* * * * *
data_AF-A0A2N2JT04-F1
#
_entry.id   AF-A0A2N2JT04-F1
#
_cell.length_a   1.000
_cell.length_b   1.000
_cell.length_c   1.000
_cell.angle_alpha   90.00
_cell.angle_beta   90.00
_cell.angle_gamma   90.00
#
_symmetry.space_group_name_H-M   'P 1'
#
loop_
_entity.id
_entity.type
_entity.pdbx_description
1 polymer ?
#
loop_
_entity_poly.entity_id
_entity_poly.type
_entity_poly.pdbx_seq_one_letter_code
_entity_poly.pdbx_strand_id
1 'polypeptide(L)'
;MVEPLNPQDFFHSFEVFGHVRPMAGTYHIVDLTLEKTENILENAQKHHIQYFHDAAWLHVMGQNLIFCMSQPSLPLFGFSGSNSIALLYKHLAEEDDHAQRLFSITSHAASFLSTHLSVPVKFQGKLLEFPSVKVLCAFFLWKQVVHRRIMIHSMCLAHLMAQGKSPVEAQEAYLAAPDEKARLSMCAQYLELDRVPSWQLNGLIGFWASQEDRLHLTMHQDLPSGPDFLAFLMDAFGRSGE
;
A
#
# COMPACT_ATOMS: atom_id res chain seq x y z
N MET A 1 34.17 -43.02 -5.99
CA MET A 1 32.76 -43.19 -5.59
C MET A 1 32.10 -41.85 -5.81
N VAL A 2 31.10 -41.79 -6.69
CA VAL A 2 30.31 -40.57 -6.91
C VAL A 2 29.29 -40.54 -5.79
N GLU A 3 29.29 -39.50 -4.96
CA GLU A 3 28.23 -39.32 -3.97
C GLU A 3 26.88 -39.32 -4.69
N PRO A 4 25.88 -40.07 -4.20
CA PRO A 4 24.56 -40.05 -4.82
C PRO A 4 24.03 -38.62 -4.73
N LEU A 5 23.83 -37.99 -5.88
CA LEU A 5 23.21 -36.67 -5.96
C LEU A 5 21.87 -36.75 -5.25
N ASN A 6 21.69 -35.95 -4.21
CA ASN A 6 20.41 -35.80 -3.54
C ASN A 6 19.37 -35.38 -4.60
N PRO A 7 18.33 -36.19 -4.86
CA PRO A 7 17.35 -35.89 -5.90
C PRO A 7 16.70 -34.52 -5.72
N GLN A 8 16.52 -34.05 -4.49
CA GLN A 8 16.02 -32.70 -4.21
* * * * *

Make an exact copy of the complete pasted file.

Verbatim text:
data_AF-A0A2N2JT04-F1
#
_entry.id   AF-A0A2N2JT04-F1
#
_cell.length_a   1.000
_cell.length_b   1.000
_cell.length_c   1.000
_cell.angle_alpha   90.00
_cell.angle_beta   90.00
_cell.angle_gamma   90.00
#
_symmetry.space_group_name_H-M   'P 1'
#
loop_
_entity.id
_entity.type
_entity.pdbx_description
1 polymer ?
#
loop_
_entity_poly.entity_id
_entity_poly.type
_entity_poly.pdbx_seq_one_letter_code
_entity_poly.pdbx_strand_id
1 'polypeptide(L)'
;MVEPLNPQDFFHSFEVFGHVRPMAGTYHIVDLTLEKTENILENAQKHHIQYFHDAAWLHVMGQNLIFCMSQPSLPLFGFSGSNSIALLYKHLAEEDDHAQRLFSITSHAASFLSTHLSVPVKFQGKLLEFPSVKVLCAFFLWKQVVHRRIMIHSMCLAHLMAQGKSPVEAQEAYLAAPDEKARLSMCAQYLELDRVPSWQLNGLIGFWASQEDRLHLTMHQDLPSGPDFLAFLMDAFGRSGE
;
A
#
# COMPACT_ATOMS: atom_id res chain seq x y z
N MET A 1 34.17 -43.02 -5.99
CA MET A 1 32.76 -43.19 -5.59
C MET A 1 32.10 -41.85 -5.81
N VAL A 2 31.10 -41.79 -6.69
CA VAL A 2 30.31 -40.57 -6.91
C VAL A 2 29.29 -40.54 -5.79
N GLU A 3 29.29 -39.50 -4.96
CA GLU A 3 28.23 -39.32 -3.97
C GLU A 3 26.88 -39.32 -4.69
N PRO A 4 25.88 -40.07 -4.20
CA PRO A 4 24.56 -40.05 -4.82
C PRO A 4 24.03 -38.62 -4.73
N LEU A 5 23.83 -37.99 -5.88
CA LEU A 5 23.21 -36.67 -5.96
C LEU A 5 21.87 -36.75 -5.25
N ASN A 6 21.69 -35.95 -4.21
CA ASN A 6 20.41 -35.80 -3.54
C ASN A 6 19.37 -35.38 -4.60
N PRO A 7 18.33 -36.19 -4.86
CA PRO A 7 17.35 -35.89 -5.90
C PRO A 7 16.70 -34.52 -5.72
N GLN A 8 16.52 -34.05 -4.49
CA GLN A 8 16.02 -32.70 -4.21